Lincoln Hamilton slings a guitar over his shoulder, straightens the microphone, and launches his band into a breakneck rendition of Foggy Mountain Breakdown. Its Friday night in Nashville, Ind., (pop. 950) and this is what the audience has come to heargood old-time music in a family atmosphere.
For most of his 40 years, Hamilton has been singing and playing on the stage at the Little Nashville Opry. Ive been here more or less all my life, says Hamilton, who began performing with his father at the age of 7. Its almost like a second home.
Back in 1979, the 2,000-seat music hall was just an old barn with a Mail Pouch tobacco ad on it, sitting in a farm field. Lincolns dad, Dewayne Hamilton, and some friends bought the rundown building, renovated it into a family music hall (no alcohol allowed), and christened it the Little Nashville Oprybecause it was considerable smaller than its grand namesake in Tennessee.
Dewayne eventually bought out each of his partners until he and his wife, Esther, were the sole owners. When Dewayne died in 1996, Lincoln became co-owner with his mom.
Over the years, many of the nations country music legendsincluding Loretta Lynn, Dolly Parton, Merle Haggard, and Waylon Jenningshave graced the stage of the Little Nashville Opry, along with a steady stream of aspiring newcomers and talented local entertainers.
Country music isnt Nashvilles only connection with Tennessee. When Brown County agent Banner Brummet laid out the town in 1836, he called it Jacksonburg in honor of President Andrew Jackson. Because Indiana already had a Jacksonburg, the name was later changed to Nashville as a tribute to Brummets former home in Tennessee.
Tucked into the rolling hills of central Indiana, Nashville has long been known for its country charm. Artists first came to the area in the 1870s on sketching tours, traveling there by horse and buggy from Indianapolis and elsewhere, to take inspiration from the natural scenery. Today, the towns art galleries, rows of gift shops, and proximity to Brown County State Park, with its expansive forests and scenic overlooks, attract 3.5 million visitors a year, making it Indianas most popular tourist destination.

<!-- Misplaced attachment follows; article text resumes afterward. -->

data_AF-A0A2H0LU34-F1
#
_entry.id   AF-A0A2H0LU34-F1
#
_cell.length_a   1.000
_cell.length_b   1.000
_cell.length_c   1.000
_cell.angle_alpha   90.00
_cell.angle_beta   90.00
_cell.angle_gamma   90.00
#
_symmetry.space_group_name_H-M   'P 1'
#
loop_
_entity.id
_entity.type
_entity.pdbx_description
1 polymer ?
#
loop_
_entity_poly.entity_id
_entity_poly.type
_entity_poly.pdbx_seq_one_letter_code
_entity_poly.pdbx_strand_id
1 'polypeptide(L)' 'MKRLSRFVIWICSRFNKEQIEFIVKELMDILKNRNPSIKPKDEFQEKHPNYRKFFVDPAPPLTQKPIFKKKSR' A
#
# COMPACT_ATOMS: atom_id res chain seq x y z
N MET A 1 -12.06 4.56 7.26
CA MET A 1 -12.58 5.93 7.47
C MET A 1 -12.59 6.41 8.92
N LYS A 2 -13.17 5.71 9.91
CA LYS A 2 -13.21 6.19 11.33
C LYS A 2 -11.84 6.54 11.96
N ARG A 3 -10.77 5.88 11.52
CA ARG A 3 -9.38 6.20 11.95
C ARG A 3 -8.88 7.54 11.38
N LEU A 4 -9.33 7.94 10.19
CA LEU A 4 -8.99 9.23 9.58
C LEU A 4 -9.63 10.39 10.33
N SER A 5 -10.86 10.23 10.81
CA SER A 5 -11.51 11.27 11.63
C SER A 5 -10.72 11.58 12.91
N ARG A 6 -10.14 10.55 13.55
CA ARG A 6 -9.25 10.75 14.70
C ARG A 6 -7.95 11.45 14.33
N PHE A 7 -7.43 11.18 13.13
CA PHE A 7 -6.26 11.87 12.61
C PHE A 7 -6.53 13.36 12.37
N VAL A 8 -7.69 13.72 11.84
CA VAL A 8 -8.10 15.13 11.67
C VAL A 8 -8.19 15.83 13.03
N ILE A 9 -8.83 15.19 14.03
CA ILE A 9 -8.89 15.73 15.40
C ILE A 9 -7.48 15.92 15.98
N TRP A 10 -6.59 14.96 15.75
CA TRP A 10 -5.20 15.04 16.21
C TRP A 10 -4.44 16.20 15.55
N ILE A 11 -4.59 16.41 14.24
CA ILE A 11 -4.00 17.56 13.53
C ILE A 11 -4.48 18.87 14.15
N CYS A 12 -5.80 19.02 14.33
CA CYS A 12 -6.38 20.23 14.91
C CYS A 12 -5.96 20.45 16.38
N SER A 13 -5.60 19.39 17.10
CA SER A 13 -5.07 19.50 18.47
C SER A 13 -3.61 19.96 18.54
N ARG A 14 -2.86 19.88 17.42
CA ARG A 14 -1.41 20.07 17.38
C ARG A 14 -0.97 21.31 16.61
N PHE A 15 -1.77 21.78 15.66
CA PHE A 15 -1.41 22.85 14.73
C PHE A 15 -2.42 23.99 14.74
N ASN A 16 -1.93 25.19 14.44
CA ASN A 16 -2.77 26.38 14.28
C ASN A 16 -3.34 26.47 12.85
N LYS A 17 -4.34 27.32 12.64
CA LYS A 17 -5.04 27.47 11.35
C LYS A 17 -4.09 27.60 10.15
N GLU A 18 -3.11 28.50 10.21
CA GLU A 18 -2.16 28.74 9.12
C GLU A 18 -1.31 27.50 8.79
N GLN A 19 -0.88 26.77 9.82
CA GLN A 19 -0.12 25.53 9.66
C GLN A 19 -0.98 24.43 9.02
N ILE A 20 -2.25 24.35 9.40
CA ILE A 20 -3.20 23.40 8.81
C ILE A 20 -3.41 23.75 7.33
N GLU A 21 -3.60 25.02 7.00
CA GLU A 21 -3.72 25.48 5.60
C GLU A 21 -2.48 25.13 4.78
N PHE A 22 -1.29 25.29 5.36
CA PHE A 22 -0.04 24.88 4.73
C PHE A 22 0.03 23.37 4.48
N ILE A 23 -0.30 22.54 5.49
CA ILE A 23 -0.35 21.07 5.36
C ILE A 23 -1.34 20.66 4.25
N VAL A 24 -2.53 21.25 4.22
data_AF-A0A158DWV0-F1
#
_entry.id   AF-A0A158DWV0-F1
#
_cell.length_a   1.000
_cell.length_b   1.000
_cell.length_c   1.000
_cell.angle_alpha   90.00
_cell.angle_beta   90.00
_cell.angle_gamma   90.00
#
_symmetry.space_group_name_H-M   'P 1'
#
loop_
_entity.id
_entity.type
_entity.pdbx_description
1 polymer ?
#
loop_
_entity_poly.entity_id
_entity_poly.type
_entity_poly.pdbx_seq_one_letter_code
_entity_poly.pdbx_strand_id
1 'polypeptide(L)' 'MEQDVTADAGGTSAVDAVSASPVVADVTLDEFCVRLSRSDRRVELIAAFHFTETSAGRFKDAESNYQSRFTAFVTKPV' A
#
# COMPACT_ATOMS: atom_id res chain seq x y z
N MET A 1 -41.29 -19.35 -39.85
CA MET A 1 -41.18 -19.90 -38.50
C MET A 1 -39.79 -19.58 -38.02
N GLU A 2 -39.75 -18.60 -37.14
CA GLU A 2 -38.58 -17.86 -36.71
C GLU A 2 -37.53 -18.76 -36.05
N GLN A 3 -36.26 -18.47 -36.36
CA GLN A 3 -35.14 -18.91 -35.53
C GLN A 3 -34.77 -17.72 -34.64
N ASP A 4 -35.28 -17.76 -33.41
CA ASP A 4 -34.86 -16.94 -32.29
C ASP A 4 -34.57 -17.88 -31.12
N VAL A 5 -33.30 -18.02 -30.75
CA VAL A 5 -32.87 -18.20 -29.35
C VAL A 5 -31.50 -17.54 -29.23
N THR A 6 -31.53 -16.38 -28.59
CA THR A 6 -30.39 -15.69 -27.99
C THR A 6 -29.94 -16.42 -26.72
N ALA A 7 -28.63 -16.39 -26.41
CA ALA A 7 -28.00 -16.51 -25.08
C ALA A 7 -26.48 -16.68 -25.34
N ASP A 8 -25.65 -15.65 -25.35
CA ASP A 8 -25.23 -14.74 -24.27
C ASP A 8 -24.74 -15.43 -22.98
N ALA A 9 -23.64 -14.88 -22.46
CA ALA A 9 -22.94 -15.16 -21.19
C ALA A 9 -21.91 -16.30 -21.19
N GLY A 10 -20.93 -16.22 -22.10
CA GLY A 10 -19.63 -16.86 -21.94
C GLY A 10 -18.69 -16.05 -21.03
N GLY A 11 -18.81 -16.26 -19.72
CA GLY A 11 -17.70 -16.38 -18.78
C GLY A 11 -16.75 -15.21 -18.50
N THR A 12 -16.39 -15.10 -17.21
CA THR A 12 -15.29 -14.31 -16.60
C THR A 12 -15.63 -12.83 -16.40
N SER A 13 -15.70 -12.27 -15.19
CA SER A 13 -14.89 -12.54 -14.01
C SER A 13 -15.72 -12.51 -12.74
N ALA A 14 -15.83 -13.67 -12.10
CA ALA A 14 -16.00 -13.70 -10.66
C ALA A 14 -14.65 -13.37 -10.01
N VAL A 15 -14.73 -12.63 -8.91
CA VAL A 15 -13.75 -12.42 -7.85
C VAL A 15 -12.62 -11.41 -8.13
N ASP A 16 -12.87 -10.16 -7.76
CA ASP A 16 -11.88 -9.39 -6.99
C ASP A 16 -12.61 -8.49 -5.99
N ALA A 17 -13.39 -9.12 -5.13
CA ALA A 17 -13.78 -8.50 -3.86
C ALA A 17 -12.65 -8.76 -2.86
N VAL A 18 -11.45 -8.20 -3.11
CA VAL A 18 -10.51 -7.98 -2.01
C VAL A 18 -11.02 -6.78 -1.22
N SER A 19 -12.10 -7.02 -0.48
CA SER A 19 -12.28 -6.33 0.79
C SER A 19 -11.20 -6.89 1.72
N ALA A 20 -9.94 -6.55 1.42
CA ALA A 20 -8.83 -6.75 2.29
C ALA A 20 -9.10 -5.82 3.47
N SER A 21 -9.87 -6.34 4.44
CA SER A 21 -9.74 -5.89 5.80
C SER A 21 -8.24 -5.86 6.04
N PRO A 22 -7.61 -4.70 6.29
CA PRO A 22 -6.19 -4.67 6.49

This is the best thing we have, our natural beauty, says resident Sam Johnson.
Liana Franklin, owner of the Totem Post shop, grew up in Nashville and has seen it change over the years. When my parents started here in 1952, there were only five shops and now there are over 300, Franklin says. Weve got people who have been coming here for three generations.
Nashville also has become a stepping stone for aspiring country entertainers, who take their turn every Friday night from March through November on the stage at the Little Nashville Opry. For 17-year-old Merri Grace Spencer of Franklin, Ind., the Little Nashville Opry is a place to polish her singing skills. Finishing a strong rendition of Unchained Melody, Spencer bows and waves to acknowledge the loud applause. Soon shell be signing autographs in the lobby.
Taking his turn, Tom McGannon of Scottsburg, Ind., smiles a shy George Strait grin before launching into The Fireman. Joking with the audience, the newlywed McGannon seems to aim his most flattering comments to his bride sitting near the stage.
For local performers, the Little Nashville Opry is a chance to find a following and maybe get a step closer to the dream of performing at the other Opry in Tennessee. If you have a Nashville, you have to have an Opry, Hamilton reasons.